He has ordered hamburger when he really wanted chicken because chicken was too hard to say. He has kept quiet when he's known the answer, has made his mom make phone calls for him, has dreaded saying his own name.
For his entire verbal life, 17-year-old David Ashton has stuttered, but only recently has he learned both to accept himself and to communicate fearlessly if not flawlessly.David is benefiting from new treatments for stuttering. But if he had received help when he was a preschooler, says speech therapist Tom Gurrister, he probably would not be a stutterer today.
Early intervention is the only way to really cure stuttering, says Gurrister, who will be one of two keynote speakers at a stuttering workshop at the University of Utah this weekend.
"That's the No. 1 message we want to get across," said Gurrister, a therapist at Wasatch Speech and Hearing Center. "Early intervention is successful. And the younger the better."
Most stutterers begin stuttering when they are 2 to 3 years old; in other words, when their brains are first trying to master how to put their thoughts into words.
When Ashton was little, the conventional wisdom was still that children often "outgrew" their stuttering. Well-meaning adults tended to finish his sentences for him and urged him to "just take a deep breath."
What speech therapists know now is that parents need to be trained to be patient listeners - to not interrupt or fill in missing words - and to model slow speech themselves.
"They need to talk slowly and simply, with lots and lots of pauses," Gurrister said.
If a stutterer's family is properly trained, he says, in 90 percent of cases the stuttering can be eliminated. "But after age 5, you can only work at getting the stuttering under control. You can't eliminate it."
It's still not clear what causes a person to stutter, Gurrister says. What researchers do know, he says, is that it's not a question of nervousness or timidity, it's not a result of repressive parenting, and it has nothing to do with the shape of the stutterer's tongue - all once respectable theories.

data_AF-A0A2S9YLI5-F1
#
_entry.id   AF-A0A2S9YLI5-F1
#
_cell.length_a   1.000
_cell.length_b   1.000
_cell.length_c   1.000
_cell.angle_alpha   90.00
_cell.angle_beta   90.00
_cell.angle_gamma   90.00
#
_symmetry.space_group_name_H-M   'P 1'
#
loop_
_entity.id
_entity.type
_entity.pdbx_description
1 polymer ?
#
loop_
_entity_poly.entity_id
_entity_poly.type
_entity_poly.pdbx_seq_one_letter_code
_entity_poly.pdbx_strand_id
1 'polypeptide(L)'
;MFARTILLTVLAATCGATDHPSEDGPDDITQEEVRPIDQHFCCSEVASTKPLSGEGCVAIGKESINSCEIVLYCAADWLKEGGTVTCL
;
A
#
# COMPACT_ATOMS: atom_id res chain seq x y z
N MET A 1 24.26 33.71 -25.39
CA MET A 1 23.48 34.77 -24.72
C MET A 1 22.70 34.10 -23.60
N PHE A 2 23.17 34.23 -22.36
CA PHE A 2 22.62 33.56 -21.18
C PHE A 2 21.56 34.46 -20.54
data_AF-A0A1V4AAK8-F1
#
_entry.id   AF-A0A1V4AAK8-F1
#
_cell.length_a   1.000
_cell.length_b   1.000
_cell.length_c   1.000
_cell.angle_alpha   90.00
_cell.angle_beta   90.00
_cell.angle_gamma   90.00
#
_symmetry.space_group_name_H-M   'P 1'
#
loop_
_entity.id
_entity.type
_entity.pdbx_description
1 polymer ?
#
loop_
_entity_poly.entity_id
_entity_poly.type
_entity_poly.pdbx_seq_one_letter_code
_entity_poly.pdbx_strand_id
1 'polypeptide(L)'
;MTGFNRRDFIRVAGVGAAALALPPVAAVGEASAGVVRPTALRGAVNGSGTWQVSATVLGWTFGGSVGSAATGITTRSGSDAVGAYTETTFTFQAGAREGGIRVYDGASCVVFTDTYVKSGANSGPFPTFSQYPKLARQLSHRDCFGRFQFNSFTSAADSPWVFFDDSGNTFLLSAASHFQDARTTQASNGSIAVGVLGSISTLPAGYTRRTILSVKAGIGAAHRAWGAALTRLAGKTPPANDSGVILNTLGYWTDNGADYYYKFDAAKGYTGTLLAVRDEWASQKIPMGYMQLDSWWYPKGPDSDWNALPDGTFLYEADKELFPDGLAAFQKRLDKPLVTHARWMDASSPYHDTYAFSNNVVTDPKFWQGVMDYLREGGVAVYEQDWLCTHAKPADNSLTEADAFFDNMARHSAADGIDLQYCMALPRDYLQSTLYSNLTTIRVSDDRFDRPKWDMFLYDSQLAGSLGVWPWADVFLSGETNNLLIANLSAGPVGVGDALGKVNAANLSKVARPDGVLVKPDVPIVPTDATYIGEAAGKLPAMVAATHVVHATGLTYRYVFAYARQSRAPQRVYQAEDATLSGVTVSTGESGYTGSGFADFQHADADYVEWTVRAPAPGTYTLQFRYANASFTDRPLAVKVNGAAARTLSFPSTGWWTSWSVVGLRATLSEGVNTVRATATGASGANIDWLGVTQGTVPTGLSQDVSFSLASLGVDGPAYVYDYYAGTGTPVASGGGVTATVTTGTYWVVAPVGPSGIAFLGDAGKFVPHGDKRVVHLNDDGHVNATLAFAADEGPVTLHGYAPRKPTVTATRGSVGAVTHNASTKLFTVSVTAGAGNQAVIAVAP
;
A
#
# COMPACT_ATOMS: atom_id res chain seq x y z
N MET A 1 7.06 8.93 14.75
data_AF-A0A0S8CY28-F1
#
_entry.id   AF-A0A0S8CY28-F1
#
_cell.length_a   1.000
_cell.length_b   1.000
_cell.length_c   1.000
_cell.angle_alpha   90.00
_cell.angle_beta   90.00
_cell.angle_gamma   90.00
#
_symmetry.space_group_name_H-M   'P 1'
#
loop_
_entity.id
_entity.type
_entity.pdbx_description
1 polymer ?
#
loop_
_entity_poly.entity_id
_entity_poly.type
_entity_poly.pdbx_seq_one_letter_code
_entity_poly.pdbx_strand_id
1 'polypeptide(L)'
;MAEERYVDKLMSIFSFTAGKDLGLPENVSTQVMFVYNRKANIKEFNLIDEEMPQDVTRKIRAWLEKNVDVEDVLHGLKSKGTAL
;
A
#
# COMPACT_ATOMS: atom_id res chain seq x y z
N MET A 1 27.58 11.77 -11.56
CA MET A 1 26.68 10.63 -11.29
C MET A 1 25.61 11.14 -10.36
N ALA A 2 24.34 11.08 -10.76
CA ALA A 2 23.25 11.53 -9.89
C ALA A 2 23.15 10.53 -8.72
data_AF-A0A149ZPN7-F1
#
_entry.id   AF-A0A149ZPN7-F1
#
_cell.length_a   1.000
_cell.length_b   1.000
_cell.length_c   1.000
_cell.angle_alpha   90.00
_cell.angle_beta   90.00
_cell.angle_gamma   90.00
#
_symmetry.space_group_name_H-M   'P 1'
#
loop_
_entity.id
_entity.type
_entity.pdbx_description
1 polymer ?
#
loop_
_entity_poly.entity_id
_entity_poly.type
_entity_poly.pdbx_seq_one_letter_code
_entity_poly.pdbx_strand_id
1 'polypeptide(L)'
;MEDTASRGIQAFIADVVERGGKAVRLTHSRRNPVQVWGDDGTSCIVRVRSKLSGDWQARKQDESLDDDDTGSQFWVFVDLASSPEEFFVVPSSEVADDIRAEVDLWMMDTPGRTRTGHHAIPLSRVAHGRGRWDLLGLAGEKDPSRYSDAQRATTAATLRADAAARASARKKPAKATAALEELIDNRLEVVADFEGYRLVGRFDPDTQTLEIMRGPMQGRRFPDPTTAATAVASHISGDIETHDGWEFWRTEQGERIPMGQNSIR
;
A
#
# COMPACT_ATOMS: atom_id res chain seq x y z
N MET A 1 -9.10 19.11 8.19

"Our best guess is that it's a complex interaction of many variables" that include a genetic, biological problem with language processing.
For older stutterers like David, Gurrister says, the best therapy includes his own acceptance of himself as a stutterer and a focus on speech modification rather than fluency.
This past summer, David spent a few weeks at the Successful Stuttering Management Program in Cheney, Wash. The curriculum included hundreds of phone calls and face-to-face encounters with strangers.
"Hi, my name is David and I'm a stutterer," he would say at the beginning of each. "Self-advertisement," therapists call it - a technique that creates a stutter-friendly environment in which the stutterer is no longer pretending to be something he's not.
The program is the kind of place where a stutterer can sit in the back or never raise his hand or take a sick day when an oral report is due. Instead, David got lots of practice using a technique called "prolongation" - a sort of gentle revving up of the lips on the first word of a sentence, which is the place where most disfluency takes place.
Gurrister and other therapists with the Utah chapter of the National Stuttering Project hope to bring a satellite version of the Successful Stuttering Management Program to Salt Lake City next summer.
"Understanding Stuttering: The People and the Problem" will run from 9 a.m. to 5 p.m. Saturday at the University of Utah Social Work Auditorium. Registration is $30 for NSP members, $35 for non-members, $40 for families and $10 for students. A $5 fee will be added for those paying at the door. Scholarships are available. For more information about the conference or about monthly NSP support groups, call 272-6420 or 535-2203.